»  National Review Online

November 12th, 2002

  The Law's Delay


A current story here in New York is the trial of John Taylor, a principal in the Wendy's Massacre. Taylor is accused of masterminding the murder of five employees, and the attempted murder of two others, at a fast-food outlet in Queens borough of New York City. He and an accomplice had gone into the restaurant just before closing time one night. When the last customer had left, they pulled guns, forced the manager to open the safe and give them the day's takings, then herded him and his six employees into a basement freezer. There they tied the seven up with duct tape, put plastic bags over their heads, and shot them all. Two of the employees survived, one with severe brain damage. (Ja Quione Johnson, 18 years old when he was shot, will spend his life in a nursing home.)

It wasn't a tough crime to solve. Taylor was picked up 36 hours later at his mother's house in Long Island. He had in his possession one of the guns used in the crime and $3,000 in cash, the amount in the safe. He ratted on his accomplice, Craig Godineaux. Both men were arraigned within five days of the crime. Both were career petty criminals. Godineaux was on parole. He had served time for robbery and narcotics offenses. Taylor had a long record of knocking off fast-food outlets. Just a few months before the Wendy's Massacre, in fact, he had been arrested for robbing a McDonald's. Released on $3,500 bail, he had disappeared. An arrest warrant had been issued, but apparently no action had been taken on it. Taylor had in fact worked briefly at the very same Wendy's where the massacre took place. Dismissed on suspicion of theft, he had a grievance against the manager.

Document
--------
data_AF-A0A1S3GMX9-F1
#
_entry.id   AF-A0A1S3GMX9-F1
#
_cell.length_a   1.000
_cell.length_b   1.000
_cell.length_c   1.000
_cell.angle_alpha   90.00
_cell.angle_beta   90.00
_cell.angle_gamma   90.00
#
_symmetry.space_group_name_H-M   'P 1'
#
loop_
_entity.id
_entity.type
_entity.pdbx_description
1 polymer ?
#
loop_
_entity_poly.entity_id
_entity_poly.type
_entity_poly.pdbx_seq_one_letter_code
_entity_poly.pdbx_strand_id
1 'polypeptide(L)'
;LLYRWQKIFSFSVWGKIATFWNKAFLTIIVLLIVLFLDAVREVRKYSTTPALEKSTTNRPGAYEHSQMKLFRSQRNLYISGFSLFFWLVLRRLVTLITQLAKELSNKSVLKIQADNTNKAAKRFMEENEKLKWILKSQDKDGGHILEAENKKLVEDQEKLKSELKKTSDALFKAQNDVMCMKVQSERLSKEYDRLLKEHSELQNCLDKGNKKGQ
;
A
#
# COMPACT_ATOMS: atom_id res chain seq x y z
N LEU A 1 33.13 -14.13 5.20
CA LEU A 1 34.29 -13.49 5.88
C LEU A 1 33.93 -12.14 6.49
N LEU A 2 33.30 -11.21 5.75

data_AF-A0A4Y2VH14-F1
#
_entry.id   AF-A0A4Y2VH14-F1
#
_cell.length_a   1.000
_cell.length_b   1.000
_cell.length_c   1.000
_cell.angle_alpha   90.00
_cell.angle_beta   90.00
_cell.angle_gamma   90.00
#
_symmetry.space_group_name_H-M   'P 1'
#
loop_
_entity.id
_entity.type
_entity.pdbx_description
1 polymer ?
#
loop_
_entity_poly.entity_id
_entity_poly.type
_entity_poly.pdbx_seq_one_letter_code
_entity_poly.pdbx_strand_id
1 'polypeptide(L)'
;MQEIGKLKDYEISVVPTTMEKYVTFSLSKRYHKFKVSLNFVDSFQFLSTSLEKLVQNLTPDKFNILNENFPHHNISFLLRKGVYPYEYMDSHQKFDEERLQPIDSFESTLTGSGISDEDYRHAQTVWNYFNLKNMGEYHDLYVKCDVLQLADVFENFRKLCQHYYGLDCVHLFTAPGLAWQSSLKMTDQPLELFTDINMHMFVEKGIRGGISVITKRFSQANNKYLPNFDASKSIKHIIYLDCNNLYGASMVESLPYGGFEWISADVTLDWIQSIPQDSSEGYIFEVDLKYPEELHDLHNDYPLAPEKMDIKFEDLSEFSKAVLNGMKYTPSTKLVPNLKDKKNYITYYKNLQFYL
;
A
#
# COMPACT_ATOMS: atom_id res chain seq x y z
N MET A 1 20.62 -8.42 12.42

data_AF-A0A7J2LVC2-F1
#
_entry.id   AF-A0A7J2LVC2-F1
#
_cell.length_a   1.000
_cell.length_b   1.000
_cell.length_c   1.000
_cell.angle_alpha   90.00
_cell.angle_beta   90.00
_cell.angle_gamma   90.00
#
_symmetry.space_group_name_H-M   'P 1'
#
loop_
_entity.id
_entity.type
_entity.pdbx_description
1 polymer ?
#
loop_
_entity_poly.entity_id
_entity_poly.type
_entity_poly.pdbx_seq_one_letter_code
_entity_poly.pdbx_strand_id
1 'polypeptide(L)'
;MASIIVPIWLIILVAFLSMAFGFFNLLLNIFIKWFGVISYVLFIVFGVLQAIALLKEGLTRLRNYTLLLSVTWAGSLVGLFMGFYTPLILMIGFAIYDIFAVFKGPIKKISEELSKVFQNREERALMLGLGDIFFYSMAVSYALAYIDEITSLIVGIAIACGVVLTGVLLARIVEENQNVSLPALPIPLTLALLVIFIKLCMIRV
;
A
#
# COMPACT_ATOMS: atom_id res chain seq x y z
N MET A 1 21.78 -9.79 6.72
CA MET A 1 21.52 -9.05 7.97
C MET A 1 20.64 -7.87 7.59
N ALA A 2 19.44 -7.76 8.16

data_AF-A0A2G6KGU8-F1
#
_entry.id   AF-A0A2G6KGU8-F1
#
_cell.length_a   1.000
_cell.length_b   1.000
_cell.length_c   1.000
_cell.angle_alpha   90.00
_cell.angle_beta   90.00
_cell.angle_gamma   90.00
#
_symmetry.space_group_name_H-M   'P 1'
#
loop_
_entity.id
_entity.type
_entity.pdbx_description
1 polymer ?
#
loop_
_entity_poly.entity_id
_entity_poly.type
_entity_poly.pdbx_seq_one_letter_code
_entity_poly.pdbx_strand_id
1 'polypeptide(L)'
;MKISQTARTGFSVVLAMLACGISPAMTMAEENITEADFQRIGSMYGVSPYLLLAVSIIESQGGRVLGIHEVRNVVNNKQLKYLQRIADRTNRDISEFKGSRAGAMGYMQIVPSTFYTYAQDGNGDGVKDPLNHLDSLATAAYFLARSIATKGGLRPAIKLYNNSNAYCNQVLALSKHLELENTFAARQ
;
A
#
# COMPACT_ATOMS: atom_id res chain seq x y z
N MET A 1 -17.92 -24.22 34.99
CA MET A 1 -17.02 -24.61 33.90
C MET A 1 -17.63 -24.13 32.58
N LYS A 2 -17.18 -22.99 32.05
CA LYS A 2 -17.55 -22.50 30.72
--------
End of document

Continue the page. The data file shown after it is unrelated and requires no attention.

Now, here is the punch line. The trial of John Taylor started last week. The Wendy's Massacre occurred on May 24, 2000. With about as straightforward a case as you could imagine, complete with taped confessions, multiple motivations, eyewitness survivors and a boxcar full of physical evidence (including surveillance tapes from inside the restaurant, showing Taylor and Godineaux setting up the crime), it has taken two and a half years to bring Taylor to trial. Godineaux was disposed of in February 2001, sentenced to five life terms after pleading guilty to murdering three of the victims and wounding two others. He is ineligible for the death penalty in New York because he has a low IQ — which, as one observer said, he "carries around with him like an insurance policy." The brother of one of the victims noted correctly of Godineaux that: "He played the system."

Taylor's case has been held up because the authorities have decided to seek the death penalty, and he is determined to avoid it. The way things work in this state is, if Taylor can be shown to have committed two of the murders, he can be sentenced to death; but if only one, then he can't. Recall that there were seven victims altogether, of whom two survived. Of the remaining five, Godineaux has confessed to killing three. That leaves us with two. Taylor admits to one, but not the other. "The other" was a young woman, Anita Smith, 22 years old, who was looking forward to going to college. Says her mother: "Apparently nobody shot my daughter."